On Friday, the academy announced the nine semi-finalists in the Foreign-Language Film race. As expected, “Ida” from Poland, “Force Majeure” from Sweden, “Leivanthan” from Russia and “Wild Tales” from Argentina all made the cut.
Also in contention are: “Accused” (Netherlands), “Corn Island” (Georgia), “The Liberator” (Venezuela), “Tangerines” (Estonia) and “Timbuktu” (Mauritania).
Among the high-profile pictures snubbed were two Cannes champ — Turkey’s “Winter Sleep,” which won the Palme d’Or and Hungary’s “White God” which picked up the Un Certain Regard prize — as well as Belgium’s “Two Days, One Night,” which has won several awards for Marion Cotillard, and Canada’s “Mommy.”
The nine semi-finalists will be screened three per day beginning on Jan. 9 by select committee members in Gotham, Hollywood and, for the first time, London. They will then vote for the final five which will be revealed, along with the other Oscar nominations, on Jan. 15. The entire academy membership will get screeners of the five nominated films and can vote for the winner.
These nine semi-finalists were arrived at by a two-step process. Several hundred academy members who volunteered to serve on the Foreign Language Film screening committee were divided into groups and required to watch at least 19 of the record 83 submissions over a two-month period that ended Monday (Dec. 15). They scored them from 6 to 10 and their top six vote getters made it to the next round. On Thursday, the 20 members of the executive committee met and added three more films to the mix.
Which three of the nine might those have been? Two of our top Oscarologists track this race closely.
Writes Steve Pond (The Wrap), “While the Academy never reveals which films are chosen by the general committee and which are saved by the executive committee, conversations with voters suggests that ‘Ida,’ ‘Wild Tales,’ ‘Force Majeure,’ ‘Tangerines’ and ‘The Liberator’ were most likely general committee choices.”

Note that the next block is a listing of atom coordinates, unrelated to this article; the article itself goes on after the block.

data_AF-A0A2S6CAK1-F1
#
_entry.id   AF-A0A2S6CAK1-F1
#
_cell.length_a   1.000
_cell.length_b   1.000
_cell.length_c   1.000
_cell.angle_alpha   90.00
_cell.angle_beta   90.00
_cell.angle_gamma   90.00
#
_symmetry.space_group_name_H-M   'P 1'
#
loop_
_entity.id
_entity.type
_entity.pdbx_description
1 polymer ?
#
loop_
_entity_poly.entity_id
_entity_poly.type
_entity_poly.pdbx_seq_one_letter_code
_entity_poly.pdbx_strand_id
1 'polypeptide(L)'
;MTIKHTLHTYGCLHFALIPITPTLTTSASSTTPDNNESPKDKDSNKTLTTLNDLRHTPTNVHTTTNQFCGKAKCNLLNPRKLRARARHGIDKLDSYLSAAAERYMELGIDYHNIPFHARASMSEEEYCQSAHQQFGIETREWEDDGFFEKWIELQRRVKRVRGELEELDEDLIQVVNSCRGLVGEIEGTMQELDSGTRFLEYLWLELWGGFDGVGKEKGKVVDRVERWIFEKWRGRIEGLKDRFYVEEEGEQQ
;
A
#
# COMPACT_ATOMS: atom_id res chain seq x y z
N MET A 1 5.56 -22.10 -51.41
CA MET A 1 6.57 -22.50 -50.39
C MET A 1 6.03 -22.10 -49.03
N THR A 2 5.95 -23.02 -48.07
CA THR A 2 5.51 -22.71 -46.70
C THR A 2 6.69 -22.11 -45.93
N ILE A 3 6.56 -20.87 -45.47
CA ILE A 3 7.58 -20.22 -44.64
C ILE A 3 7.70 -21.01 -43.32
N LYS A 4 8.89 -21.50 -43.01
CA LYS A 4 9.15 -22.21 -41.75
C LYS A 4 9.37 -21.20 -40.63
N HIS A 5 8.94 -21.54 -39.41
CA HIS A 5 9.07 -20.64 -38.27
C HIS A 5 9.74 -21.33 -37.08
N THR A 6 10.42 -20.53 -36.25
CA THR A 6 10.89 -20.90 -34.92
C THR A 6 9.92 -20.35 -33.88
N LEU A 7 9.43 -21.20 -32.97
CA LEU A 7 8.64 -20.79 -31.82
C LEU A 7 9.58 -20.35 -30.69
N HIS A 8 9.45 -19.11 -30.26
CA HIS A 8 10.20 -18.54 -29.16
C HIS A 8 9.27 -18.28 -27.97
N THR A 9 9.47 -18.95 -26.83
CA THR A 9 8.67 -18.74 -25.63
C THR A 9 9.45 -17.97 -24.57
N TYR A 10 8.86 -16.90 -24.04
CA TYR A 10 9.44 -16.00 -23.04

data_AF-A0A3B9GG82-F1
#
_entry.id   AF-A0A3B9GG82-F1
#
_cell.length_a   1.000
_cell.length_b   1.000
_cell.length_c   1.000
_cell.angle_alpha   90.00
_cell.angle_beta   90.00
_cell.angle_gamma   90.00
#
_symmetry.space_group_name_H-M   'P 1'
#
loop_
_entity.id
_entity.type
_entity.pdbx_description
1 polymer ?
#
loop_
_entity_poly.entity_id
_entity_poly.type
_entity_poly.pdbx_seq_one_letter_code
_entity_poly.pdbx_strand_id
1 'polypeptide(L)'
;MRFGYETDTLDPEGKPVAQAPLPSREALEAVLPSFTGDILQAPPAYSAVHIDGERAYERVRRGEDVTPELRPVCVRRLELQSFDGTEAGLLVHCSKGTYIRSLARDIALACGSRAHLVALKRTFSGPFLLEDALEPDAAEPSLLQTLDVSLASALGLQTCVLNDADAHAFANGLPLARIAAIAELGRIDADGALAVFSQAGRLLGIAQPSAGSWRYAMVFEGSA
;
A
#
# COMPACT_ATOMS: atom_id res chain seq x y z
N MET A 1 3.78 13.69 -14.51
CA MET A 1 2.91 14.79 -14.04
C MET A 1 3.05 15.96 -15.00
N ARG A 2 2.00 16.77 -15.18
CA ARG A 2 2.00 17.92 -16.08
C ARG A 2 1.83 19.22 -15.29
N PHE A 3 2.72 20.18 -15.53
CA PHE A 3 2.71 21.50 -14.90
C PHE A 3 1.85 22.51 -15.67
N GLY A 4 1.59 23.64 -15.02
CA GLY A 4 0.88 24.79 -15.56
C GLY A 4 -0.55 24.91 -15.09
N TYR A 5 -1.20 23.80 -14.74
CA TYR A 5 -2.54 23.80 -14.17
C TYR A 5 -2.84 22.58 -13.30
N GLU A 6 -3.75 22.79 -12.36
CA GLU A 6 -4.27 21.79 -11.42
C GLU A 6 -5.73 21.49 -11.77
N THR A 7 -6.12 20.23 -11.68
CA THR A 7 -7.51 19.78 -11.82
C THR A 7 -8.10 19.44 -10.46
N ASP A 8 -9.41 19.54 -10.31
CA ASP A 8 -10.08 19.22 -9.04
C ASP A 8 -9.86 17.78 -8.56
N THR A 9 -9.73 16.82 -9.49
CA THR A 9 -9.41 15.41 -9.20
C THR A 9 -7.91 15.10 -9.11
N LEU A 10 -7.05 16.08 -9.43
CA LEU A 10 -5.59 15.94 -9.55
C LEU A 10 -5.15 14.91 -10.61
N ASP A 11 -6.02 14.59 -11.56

And Anne Thompson (Thompson on Hollywood) says, “I would guess that ‘Leviathan’ might have needed a boost. I had heard that ‘Tangerines’ and ‘The Liberator’ were playing well, so ‘Corn Island’ and ‘Accused’ might have been committee adds. “
Below, a description of each of the nine semi-finalists.
Director: Paula van der Oest
A real-life story of a nurse, Lucia de Berk, falsely accused of mercy killings.
Van Oest directed 2002 nominee “Zus & Zo.”
“Corn Island” (Georgia)
Director: Giorgi Ovashvili
Set against the backdrop of the Georgian/Abkhazian conflict, this almost silent film follows a farmer and his granddaughter as they struggle to survive.
This is a co-production with France, Germany, Hungary and Kazakhstan.
“Force Majeure” (Sweden)
Director: Ruben Ostlund
This seriocomic film focuses on a family left shaken by the father’s actions during a controlled avalanche at a ski resort.
Director: Pawel Pawlikowski
Shot in black-and-white and set in the 1960s, the film traces the journey of a young woman about to become a nun as she searches for the truth about her parents who died in World War II.
Director: Andrey Zvyagintsev
A stirring drama about one man’s fight to keep his land that is about to be seized by a corrupt local government official.
Winner of Best Screenplay at Cannes.
“The Liberator” (Venezuela
Director: Alberto Arvelo
A sprawling historical epic about the 19th century South American revolutionary Simon Bolivar (Edgar Ramirez).
Director: Zaza Urushadze
A stark tale of two old men abandoned in their village when it becomes a battleground between Georgian and Abkhazian forces during a 1992 border dispute. They give aid to two wounded soldiers.
This is a co-production with Georgia.
Director: Abderrahmane Sissako
A gripping drama about a group of Islamic militants who take over a village in this west African nation.
This marks the first-ever entry from Mauritania.
“Wild Tales” (Argentina)
Director: Damian Szifron
A raucous anthology of six short films that share a common theme of violence and vengeance.
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